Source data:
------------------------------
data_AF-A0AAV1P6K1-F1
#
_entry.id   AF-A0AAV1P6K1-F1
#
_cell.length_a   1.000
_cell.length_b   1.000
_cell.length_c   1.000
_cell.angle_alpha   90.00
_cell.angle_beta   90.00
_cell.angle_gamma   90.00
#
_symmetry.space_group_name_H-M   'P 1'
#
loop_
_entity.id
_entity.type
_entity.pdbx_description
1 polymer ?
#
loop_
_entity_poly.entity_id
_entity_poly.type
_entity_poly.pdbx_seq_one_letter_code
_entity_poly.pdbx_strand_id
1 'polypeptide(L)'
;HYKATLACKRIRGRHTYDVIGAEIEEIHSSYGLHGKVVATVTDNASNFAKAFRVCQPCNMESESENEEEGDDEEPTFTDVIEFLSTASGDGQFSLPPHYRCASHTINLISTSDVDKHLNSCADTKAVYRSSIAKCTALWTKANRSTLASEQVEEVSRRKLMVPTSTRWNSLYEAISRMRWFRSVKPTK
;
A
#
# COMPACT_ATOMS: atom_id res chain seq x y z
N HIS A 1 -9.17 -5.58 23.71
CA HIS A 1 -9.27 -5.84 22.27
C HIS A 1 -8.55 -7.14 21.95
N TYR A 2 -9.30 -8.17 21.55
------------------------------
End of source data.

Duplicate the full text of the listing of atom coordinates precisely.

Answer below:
data_AF-A0AAV1P6K1-F1
#
_entry.id   AF-A0AAV1P6K1-F1
#
_cell.length_a   1.000
_cell.length_b   1.000
_cell.length_c   1.000
_cell.angle_alpha   90.00
_cell.angle_beta   90.00
_cell.angle_gamma   90.00
#
_symmetry.space_group_name_H-M   'P 1'
#
loop_
_entity.id
_entity.type
_entity.pdbx_description
1 polymer ?
#
loop_
_entity_poly.entity_id
_entity_poly.type
_entity_poly.pdbx_seq_one_letter_code
_entity_poly.pdbx_strand_id
1 'polypeptide(L)'
;HYKATLACKRIRGRHTYDVIGAEIEEIHSSYGLHGKVVATVTDNASNFAKAFRVCQPCNMESESENEEEGDDEEPTFTDVIEFLSTASGDGQFSLPPHYRCASHTINLISTSDVDKHLNSCADTKAVYRSSIAKCTALWTKANRSTLASEQVEEVSRRKLMVPTSTRWNSLYEAISRMRWFRSVKPTK
;
A
#
# COMPACT_ATOMS: atom_id res chain seq x y z
N HIS A 1 -9.17 -5.58 23.71
CA HIS A 1 -9.27 -5.84 22.27
C HIS A 1 -8.55 -7.14 21.95
N TYR A 2 -9.30 -8.17 21.55